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Mali: Dozens killed and missing in attack on army

October 2, 2019

At least 40 people have been killed and 60 more are missing following an attack by extremists on two military camps in Mali, the country's government said. An al-Qaida-linked group is accused of being behind it.

Mali soldiers stand next to military trucks
Image: Getty Images/AFP/D. Benoit

The Mali government said on Tuesday that al-Qaida-affiliated groups attacked military bases in central Mali. At least 40 people have been killed in the attacks, with another 60 people missing. The government reported that 25 soldiers and 15 extremists were killed in the fighting.

The attacks took place at similar times at the military bases in Boulikessi and Mondoro on Monday.

At the Boulikessi camp, insurgents with links to al-Qaida attacked the regional G5 Sahel Force. The group used heavy weaponry in the attack and caused "heavy equipment losses and major damage," Malian government spokesman Yaya Sangare said in a statement.

After exchange of gunfire the Mali military managed to retake control of the camp. It claims to have killed 15 insurgents and five of their vehicles.

Read more: Opinion: German troops in Mali —Opinion: German troops in Mali –

In the near-simultaneous attack at the Mondoro camp a local resident reported that two civilians were among the casualties. It is not known how many people were injured and killed in each separate attack.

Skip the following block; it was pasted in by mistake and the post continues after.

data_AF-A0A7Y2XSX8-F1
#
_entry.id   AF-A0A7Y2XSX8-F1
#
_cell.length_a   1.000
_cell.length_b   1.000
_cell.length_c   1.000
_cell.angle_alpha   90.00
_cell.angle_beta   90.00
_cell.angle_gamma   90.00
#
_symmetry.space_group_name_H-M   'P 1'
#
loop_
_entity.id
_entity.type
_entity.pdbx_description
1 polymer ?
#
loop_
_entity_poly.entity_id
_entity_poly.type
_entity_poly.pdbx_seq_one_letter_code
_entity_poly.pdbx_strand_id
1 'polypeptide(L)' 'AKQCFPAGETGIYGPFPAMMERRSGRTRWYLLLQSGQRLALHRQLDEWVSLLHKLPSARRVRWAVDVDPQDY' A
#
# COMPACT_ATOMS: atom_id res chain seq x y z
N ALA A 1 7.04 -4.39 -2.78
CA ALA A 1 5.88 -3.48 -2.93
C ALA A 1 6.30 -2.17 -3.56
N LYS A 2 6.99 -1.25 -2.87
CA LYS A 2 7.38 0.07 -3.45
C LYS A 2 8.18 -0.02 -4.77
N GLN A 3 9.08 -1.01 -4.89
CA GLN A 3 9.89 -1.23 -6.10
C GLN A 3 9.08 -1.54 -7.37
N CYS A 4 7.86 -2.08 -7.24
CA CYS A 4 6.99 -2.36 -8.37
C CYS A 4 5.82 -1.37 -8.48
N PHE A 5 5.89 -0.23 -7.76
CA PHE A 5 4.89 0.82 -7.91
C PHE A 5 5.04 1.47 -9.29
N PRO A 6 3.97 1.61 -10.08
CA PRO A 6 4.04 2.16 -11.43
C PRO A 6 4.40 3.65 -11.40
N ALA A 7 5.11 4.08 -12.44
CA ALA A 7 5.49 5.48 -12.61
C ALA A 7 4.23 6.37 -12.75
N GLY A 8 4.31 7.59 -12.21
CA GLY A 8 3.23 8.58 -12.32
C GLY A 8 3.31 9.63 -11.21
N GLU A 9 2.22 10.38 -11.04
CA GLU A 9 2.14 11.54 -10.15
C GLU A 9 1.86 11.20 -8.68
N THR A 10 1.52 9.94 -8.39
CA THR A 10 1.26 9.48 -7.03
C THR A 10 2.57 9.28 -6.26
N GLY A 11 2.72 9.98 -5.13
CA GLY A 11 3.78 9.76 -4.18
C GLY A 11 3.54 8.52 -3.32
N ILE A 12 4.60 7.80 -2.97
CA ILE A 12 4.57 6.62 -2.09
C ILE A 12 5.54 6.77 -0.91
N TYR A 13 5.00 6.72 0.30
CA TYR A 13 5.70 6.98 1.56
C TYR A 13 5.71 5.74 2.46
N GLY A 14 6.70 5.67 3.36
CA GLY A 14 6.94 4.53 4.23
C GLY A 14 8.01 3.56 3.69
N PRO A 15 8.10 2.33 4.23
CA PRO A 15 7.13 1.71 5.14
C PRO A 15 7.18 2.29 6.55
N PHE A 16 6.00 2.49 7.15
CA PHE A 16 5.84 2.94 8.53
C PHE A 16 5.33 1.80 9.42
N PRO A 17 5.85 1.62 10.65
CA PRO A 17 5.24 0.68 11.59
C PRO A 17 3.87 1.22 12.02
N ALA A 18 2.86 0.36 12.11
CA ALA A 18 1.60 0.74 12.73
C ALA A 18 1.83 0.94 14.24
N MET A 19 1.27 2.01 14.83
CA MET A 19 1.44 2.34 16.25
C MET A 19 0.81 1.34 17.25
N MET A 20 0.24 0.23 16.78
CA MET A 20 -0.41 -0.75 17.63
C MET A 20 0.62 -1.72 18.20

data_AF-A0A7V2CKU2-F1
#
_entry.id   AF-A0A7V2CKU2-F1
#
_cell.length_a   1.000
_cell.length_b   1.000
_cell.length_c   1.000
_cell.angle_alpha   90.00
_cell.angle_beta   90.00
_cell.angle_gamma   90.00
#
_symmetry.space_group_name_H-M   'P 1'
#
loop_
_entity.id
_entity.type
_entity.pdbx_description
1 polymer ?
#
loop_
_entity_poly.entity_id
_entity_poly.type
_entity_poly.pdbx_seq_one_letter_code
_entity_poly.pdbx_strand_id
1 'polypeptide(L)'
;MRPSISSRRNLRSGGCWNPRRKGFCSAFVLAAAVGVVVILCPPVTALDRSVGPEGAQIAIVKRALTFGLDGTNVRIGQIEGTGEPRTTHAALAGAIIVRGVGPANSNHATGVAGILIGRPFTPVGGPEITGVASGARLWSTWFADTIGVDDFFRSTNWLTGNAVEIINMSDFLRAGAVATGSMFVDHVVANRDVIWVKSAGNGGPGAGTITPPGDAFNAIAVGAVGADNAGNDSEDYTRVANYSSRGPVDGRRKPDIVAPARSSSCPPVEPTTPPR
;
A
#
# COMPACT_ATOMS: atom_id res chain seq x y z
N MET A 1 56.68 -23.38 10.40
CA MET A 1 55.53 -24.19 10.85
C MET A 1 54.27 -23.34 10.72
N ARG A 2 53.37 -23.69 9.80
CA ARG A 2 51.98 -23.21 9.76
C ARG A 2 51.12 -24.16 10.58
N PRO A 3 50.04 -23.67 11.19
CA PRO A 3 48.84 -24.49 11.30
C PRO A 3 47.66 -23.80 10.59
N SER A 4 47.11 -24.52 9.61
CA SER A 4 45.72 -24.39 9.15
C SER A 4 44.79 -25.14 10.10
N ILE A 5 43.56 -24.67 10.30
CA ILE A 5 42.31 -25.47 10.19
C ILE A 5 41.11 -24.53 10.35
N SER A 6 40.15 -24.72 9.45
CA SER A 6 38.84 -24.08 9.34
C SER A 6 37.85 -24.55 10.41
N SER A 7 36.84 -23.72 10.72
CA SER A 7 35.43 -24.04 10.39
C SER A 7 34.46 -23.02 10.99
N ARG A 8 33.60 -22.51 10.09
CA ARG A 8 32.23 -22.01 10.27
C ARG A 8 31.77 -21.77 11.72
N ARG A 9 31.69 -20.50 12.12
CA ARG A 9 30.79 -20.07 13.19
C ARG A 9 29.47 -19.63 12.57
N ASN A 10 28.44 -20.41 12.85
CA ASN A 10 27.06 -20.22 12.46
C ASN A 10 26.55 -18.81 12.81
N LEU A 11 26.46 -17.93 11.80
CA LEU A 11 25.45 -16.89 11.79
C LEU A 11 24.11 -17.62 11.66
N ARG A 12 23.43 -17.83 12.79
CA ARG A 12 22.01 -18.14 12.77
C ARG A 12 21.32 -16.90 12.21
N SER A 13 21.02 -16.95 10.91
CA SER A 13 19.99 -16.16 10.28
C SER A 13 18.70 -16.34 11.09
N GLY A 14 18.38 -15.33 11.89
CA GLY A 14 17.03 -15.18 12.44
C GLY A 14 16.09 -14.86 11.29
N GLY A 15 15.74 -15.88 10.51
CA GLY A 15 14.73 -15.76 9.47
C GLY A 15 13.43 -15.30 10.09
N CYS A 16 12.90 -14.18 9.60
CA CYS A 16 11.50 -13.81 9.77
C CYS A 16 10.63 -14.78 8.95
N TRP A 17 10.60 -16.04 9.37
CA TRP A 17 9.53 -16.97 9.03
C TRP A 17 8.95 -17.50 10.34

G5 Sahel Force commander Gen. Oumarou Namatou Gazama blamed a group called Ansarul Islam for the attack at the Boulikessi camp, calling them a "terrorist group."

A joint force with soldiers from neighboring Burkina Faso was pursuing the extremists behind the attacks, the government said in a statement. The soldiers will be supported by French troops stationed in the region.

Violence spreading to Burkina Faso

Burkina Faso soldier holding a rifle
Violence from extremist insurgents in Mali has spread into neighboring Burkina FasoImage: Getty Images/AFP/A. Ouoba

The G5 Sahel Force is made up of soldiers from Burkina Faso, Niger, Chad, Mali and Mauritania. It was established in 2017 to combat extremist fighters in the Sahel region.

Read more: Sahel force could tackle jihadists 'without antagonizing communities'

But the scale facing the G5 group is huge. In July, the UN said Islamist attacks were spreading so fast in West Africa that the region should consider bolstering its response beyond current military efforts. Fighting between armed groups has spilled over the border into Burkina Faso to the south of Mali.

Nearly 30 people have been killed in Burkina Faso's Bam province the past two weeks, including 17 over the weekend, according
to the provincial high commissioner, Ambrose Ouedraogo. 

The violence in the municipalities of Zimtenga and Bourzanga in Burkina Faso has displaced nearly 19,000 people in the past three days, he said.

There is also an ongoing international effort and Germany, as of July 2019, has 372 troops contributing to the UN peacekeeping mission in Mali, named MINUSMA.

At a recent September summit in Burkina Faso West African leaders pledged $1 billion to combat the violence. 

No peace for Timbuktu

kmm, ed/ng (AP, Reuters, dpa)